It is in these moments, if I catch myself, if I stop, watch what I am doing, give myself time to reflect on my experience, I am made newly aware of how incredibly complicated and wonderfully made we are and how dangerous we can be. In a nanosecond an innocent bystander, someone I have never seen or met, can be inflicted with my prejudices, my unresolved baggage, most of it continents removed from my random victim with origins uniquely within me, decades in the making, before my target was born.

In a split second, if I am not careful, I am unloading my dissatisfaction about whomever and whatever from years ago onto someone I don’t know. 

“Grow up,” I tell myself, “and Go, stone no more.”

September 14, 2022

Client “conversions” I welcome

by Rod Smith

The elevation of the therapist – placing a therapist on a pedestal – converted to regarding the therapist as a man or woman with professional training who is also regularly challenged by life and relationships.

The search for a key, a silver bullet, a set of steps, a formula for success to “fix” life’s problems and dilemmas – converted to appreciating the beautiful opportunities for growth and insight and understanding; the appreciation that a “fixed” life is an illusion and, even if it were possible, it probably wouldn’t be much fun.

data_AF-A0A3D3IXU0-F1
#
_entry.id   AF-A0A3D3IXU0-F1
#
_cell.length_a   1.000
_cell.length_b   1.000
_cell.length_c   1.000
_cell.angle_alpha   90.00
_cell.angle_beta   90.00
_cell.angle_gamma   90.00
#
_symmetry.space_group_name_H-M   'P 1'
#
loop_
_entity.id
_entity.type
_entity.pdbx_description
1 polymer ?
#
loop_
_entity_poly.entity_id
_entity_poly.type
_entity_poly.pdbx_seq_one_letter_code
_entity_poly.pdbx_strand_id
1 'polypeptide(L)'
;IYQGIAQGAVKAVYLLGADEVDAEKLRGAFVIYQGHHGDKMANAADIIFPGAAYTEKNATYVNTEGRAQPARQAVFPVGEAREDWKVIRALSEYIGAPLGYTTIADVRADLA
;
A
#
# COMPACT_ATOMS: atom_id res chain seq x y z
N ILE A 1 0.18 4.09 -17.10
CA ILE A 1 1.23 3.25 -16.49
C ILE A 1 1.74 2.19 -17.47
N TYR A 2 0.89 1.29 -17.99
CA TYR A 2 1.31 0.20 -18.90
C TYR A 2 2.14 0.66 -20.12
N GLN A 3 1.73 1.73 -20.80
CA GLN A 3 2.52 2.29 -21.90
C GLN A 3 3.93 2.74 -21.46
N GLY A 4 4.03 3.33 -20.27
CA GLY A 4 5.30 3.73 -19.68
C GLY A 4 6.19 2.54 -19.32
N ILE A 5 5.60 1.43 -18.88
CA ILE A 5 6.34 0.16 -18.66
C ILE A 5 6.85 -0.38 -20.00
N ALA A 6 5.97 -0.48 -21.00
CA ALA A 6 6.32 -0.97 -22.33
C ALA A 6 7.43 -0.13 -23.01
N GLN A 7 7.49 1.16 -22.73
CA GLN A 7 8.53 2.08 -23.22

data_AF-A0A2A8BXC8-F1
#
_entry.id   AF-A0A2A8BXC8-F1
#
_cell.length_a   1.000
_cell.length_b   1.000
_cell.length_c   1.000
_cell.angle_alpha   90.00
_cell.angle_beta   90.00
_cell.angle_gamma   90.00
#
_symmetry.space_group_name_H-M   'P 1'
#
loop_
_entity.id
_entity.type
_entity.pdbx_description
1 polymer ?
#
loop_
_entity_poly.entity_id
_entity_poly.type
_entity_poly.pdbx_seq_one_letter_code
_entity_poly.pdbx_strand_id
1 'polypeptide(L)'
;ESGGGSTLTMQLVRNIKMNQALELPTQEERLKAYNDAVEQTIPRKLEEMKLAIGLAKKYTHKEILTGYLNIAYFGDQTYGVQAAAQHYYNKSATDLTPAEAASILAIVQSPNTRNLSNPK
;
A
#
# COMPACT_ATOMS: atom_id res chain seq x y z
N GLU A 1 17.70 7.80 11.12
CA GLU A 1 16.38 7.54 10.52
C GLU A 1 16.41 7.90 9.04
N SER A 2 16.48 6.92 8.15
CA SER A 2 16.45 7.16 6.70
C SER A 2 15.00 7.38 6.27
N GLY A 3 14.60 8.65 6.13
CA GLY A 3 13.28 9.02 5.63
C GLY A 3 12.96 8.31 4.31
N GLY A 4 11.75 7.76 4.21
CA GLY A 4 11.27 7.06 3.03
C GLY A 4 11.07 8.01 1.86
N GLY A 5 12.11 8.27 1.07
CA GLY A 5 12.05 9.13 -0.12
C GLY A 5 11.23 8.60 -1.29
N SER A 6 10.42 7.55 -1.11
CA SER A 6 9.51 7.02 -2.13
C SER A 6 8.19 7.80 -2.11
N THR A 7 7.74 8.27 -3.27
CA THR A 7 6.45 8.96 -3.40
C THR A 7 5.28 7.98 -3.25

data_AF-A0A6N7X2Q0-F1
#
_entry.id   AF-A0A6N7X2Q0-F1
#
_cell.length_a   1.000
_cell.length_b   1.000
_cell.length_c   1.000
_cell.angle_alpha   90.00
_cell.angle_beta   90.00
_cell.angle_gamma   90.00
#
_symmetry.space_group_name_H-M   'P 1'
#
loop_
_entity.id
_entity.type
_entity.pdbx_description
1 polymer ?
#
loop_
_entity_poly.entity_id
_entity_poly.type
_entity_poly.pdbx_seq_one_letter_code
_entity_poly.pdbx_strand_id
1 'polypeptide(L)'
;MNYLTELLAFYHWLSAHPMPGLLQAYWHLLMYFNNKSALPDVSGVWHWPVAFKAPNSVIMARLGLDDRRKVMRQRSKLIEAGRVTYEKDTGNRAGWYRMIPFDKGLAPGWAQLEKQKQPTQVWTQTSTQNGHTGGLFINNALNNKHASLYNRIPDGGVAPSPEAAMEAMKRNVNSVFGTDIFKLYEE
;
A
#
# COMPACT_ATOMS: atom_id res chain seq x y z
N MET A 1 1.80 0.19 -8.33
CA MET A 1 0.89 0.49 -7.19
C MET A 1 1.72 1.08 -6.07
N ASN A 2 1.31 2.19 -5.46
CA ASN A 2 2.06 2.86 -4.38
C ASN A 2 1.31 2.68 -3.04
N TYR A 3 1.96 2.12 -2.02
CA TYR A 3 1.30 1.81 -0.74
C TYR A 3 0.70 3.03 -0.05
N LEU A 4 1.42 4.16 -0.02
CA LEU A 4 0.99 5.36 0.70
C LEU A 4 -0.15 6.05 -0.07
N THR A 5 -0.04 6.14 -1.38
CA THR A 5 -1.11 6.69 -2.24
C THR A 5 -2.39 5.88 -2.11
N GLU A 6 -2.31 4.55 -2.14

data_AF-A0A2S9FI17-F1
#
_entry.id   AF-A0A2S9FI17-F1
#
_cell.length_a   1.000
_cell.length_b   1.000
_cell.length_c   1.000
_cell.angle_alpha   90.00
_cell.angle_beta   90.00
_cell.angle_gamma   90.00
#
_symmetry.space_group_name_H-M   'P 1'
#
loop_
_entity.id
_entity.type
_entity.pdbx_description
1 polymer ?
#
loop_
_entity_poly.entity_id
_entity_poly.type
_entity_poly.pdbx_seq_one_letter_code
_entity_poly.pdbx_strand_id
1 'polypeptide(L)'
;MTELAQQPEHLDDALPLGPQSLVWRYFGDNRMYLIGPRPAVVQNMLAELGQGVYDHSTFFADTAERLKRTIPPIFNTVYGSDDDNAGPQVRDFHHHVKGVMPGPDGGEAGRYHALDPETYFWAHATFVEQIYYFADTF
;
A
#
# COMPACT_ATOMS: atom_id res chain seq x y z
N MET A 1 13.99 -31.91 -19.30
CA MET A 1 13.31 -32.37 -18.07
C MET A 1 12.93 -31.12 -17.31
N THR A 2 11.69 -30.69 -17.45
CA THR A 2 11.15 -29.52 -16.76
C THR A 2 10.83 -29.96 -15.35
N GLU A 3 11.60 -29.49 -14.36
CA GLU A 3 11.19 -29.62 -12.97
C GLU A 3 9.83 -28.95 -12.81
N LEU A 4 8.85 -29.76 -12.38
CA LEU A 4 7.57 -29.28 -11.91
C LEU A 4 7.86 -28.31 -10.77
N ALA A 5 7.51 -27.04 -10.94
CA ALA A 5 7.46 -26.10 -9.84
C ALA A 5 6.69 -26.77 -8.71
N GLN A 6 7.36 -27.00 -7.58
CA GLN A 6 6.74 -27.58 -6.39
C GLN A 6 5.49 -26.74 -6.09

The belief in linear, cause and effect, family and personal issues – converted to the understanding that all things are connected, that all relationships impact all relationships, that human life and community is far more complex and beautiful than the result of an endless series of chain reactions.

The belief that undesirable adult circumstances are the direct result of poor parenting – converted to seeing that parenting is an important part – but only a part – of how things turn out for our children when they become adults.

The essential progress from blame and accusations – converted to “what’s my role in this?” and “how may I respond in new ways to open new paths rather than resort to playing a worthless blame game?”

September 13, 2022

Four levels of functioning

by Rod Smith

Here are 4 descending levels of functioning.